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The goal of increasing “diversity” has become a common focus in university admissions, meaning strengthening the presence of underrepresented minorities within the student body. This kind of rationale also appears in businesses and government, with rhetoric that emphasizes how diverse groups can be more productive and innovative. In essence, most see pursuing diversity as a good thing because of the benefits of diversity.

That said, researchers question whether “diversity” policies and programs really overcome existing racial inequalities, and some argue that organizations are more interested in boasting about their diversity than they are in actually increasing minority representation. Ellen Berrey has researched the meaning and use of the word “diversity” in a variety of sites. Her research, as described in The New Yorker, suggests that touting the benefits of diversity can have an unintended consequence: glossing over issues of inequality, exclusion, and discrimination. As an example, Berrey describes an investigation of diversity in a Fortune 500 company,

“The diversity-management program functioned mainly as a surreal exercise in internal branding, entirely separate from the legal department (which handled claims of discrimination). So-called diversity managers worked to foster an “inclusive” environment, but they seemed to spend much of their time “reiterating the good that would come from diversity,” as a way of justifying their own positions.”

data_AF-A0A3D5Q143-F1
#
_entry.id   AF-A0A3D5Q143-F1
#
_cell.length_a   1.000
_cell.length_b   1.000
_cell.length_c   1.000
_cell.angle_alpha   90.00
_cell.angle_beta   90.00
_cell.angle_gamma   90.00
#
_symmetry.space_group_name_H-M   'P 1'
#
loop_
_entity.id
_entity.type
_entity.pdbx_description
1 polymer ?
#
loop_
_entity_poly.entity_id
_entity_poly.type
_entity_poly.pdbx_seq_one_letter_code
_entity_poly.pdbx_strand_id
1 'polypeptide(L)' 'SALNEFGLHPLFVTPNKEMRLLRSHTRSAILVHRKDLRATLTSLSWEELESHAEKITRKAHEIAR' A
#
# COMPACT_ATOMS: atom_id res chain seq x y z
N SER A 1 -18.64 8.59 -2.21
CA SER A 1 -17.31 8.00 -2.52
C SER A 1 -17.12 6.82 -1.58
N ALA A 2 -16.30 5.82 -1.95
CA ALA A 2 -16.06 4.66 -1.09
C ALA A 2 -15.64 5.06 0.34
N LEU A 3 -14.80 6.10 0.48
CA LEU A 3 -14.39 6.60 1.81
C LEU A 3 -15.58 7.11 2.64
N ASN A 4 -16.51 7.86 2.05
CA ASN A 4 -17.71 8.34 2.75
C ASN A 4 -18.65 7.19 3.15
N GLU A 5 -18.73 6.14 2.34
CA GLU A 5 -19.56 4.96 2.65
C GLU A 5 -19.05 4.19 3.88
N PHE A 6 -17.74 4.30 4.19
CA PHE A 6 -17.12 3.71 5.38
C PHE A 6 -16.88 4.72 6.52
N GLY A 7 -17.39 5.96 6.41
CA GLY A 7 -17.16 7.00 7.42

The New Yorker article also discusses research by Natasha Warikoo, who examines the ways that white students at Ivy League colleges describe diversity on campus. Their accounts point to what Warikoo calls “the diversity bargain” — white students accept the existence of racialized admissions programs with the expectation that students from different racial and ethnic backgrounds will expose them to new ideas, cultures, and experiences. In general, these researchers find that “diversity” rhetoric often misses the bigger picture of continued racial inequality in the United States.